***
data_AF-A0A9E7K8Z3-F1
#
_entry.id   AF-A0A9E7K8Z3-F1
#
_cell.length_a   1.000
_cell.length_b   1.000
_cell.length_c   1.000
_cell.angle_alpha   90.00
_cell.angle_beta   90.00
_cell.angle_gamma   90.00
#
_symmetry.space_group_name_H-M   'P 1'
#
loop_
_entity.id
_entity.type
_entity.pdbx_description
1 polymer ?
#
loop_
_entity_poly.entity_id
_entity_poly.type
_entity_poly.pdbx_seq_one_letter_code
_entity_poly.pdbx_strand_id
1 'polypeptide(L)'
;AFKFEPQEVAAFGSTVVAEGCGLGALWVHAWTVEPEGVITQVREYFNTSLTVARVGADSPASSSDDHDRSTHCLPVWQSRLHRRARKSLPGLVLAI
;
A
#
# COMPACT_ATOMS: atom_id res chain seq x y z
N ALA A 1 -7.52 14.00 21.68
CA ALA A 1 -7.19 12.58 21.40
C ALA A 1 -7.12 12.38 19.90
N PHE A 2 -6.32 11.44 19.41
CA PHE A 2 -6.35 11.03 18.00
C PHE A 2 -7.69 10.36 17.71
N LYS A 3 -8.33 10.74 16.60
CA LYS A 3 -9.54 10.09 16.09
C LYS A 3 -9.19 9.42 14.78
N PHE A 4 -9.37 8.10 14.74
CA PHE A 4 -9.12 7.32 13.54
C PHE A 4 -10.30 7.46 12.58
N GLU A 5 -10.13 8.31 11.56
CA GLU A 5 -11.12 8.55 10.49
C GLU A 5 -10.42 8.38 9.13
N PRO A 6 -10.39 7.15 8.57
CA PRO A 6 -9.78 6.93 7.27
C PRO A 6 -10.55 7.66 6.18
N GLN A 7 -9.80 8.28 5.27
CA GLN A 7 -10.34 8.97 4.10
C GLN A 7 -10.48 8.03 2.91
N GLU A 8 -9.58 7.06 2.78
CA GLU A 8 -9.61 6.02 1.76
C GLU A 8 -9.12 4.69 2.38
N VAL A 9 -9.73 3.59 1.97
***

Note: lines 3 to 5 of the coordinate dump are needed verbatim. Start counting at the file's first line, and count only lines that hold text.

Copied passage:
_entry.id   AF-A0A9E7K8Z3-F1
#
_cell.length_a   1.000